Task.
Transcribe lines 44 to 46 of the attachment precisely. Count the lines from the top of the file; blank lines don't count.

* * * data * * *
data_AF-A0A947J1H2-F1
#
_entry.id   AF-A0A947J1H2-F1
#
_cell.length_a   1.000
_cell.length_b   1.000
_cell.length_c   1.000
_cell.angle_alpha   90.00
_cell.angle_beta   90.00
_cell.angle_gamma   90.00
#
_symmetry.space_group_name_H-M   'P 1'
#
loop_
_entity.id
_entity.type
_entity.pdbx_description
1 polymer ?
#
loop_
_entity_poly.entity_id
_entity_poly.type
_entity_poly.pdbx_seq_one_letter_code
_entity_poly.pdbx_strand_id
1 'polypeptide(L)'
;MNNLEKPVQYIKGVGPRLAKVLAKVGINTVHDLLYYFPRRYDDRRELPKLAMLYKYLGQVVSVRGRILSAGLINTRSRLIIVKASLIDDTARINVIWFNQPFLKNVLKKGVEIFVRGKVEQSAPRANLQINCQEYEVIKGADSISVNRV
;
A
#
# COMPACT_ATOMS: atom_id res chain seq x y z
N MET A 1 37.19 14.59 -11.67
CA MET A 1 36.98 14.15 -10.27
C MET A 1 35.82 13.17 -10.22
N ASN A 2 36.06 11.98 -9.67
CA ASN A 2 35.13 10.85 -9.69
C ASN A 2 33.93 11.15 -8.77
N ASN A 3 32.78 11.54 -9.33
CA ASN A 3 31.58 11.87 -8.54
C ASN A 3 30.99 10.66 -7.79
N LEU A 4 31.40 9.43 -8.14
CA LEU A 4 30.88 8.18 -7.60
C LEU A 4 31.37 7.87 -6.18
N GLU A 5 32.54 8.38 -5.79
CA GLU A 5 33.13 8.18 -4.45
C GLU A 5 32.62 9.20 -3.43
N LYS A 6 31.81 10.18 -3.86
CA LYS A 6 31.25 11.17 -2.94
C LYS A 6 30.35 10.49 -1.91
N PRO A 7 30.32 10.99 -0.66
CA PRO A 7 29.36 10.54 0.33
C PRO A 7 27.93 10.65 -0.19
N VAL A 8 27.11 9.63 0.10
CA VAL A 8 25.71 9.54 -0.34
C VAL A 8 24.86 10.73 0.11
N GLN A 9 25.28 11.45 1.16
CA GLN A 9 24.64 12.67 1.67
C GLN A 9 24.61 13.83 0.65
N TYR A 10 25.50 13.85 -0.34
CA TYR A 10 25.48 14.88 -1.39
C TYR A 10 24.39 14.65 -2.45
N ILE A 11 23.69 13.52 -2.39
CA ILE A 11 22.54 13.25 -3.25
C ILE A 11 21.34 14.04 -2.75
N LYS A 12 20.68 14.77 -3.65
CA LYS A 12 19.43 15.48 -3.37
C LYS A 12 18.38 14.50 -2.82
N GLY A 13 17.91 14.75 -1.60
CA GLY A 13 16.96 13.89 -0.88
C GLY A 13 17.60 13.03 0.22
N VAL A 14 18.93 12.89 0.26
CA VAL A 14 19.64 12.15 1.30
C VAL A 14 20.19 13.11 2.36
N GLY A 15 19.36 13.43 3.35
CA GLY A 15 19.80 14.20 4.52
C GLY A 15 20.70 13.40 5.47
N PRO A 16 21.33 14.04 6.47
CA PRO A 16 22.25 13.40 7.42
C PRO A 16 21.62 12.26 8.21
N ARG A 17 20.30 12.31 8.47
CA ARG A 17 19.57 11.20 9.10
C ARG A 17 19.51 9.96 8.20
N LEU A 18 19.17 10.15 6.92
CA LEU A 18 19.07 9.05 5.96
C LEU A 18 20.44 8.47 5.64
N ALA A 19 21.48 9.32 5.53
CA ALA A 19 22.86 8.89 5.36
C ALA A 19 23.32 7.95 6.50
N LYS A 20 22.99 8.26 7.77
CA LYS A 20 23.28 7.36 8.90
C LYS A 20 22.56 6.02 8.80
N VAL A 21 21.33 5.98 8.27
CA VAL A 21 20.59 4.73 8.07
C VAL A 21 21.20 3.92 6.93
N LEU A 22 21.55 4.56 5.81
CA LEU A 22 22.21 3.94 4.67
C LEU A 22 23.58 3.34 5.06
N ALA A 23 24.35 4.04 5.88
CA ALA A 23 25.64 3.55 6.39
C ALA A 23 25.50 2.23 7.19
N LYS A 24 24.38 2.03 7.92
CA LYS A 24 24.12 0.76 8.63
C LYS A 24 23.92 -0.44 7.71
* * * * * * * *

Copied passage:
CA GLU A 5 33.13 8.18 -4.45
C GLU A 5 32.62 9.20 -3.43
N LYS A 6 31.81 10.18 -3.86